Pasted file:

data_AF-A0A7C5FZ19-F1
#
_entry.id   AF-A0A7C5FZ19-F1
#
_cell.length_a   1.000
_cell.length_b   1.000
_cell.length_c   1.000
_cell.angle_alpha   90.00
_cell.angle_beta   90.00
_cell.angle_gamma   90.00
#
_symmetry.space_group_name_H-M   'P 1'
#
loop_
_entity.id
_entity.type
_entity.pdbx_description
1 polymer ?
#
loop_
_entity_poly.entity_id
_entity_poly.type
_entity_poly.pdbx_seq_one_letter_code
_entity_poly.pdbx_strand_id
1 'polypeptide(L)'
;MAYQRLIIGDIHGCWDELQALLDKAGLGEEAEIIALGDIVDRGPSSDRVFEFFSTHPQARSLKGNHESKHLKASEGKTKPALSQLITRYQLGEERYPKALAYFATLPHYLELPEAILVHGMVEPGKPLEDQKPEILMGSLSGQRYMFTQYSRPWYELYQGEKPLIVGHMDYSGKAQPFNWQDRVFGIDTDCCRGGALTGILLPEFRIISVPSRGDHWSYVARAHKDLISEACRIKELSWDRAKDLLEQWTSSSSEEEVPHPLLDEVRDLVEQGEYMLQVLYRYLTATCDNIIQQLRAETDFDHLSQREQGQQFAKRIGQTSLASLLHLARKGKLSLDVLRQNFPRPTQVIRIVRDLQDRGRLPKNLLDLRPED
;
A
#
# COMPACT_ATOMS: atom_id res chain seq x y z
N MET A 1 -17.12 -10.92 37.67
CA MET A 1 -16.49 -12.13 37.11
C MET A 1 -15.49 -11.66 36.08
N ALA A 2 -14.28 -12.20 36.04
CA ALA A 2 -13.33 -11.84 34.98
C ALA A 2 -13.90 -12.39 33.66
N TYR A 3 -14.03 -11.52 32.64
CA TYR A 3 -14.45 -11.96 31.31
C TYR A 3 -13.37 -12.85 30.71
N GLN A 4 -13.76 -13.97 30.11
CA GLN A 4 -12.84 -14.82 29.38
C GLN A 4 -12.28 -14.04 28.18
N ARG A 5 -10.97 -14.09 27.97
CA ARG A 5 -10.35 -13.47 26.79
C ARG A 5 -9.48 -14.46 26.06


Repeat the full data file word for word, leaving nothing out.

data_AF-A0A7C5FZ19-F1
#
_entry.id   AF-A0A7C5FZ19-F1
#
_cell.length_a   1.000
_cell.length_b   1.000
_cell.length_c   1.000
_cell.angle_alpha   90.00
_cell.angle_beta   90.00
_cell.angle_gamma   90.00
#
_symmetry.space_group_name_H-M   'P 1'
#
loop_
_entity.id
_entity.type
_entity.pdbx_description
1 polymer ?
#
loop_
_entity_poly.entity_id
_entity_poly.type
_entity_poly.pdbx_seq_one_letter_code
_entity_poly.pdbx_strand_id
1 'polypeptide(L)'
;MAYQRLIIGDIHGCWDELQALLDKAGLGEEAEIIALGDIVDRGPSSDRVFEFFSTHPQARSLKGNHESKHLKASEGKTKPALSQLITRYQLGEERYPKALAYFATLPHYLELPEAILVHGMVEPGKPLEDQKPEILMGSLSGQRYMFTQYSRPWYELYQGEKPLIVGHMDYSGKAQPFNWQDRVFGIDTDCCRGGALTGILLPEFRIISVPSRGDHWSYVARAHKDLISEACRIKELSWDRAKDLLEQWTSSSSEEEVPHPLLDEVRDLVEQGEYMLQVLYRYLTATCDNIIQQLRAETDFDHLSQREQGQQFAKRIGQTSLASLLHLARKGKLSLDVLRQNFPRPTQVIRIVRDLQDRGRLPKNLLDLRPED
;
A
#
# COMPACT_ATOMS: atom_id res chain seq x y z
N MET A 1 -17.12 -10.92 37.67
CA MET A 1 -16.49 -12.13 37.11
C MET A 1 -15.49 -11.66 36.08
N ALA A 2 -14.28 -12.20 36.04
CA ALA A 2 -13.33 -11.84 34.98
C ALA A 2 -13.90 -12.39 33.66
N TYR A 3 -14.03 -11.52 32.64
CA TYR A 3 -14.45 -11.96 31.31
C TYR A 3 -13.37 -12.85 30.71
N GLN A 4 -13.76 -13.97 30.11
CA GLN A 4 -12.84 -14.82 29.38
C GLN A 4 -12.28 -14.04 28.18
N ARG A 5 -10.97 -14.09 27.97
CA ARG A 5 -10.35 -13.47 26.79
C ARG A 5 -9.48 -14.46 26.06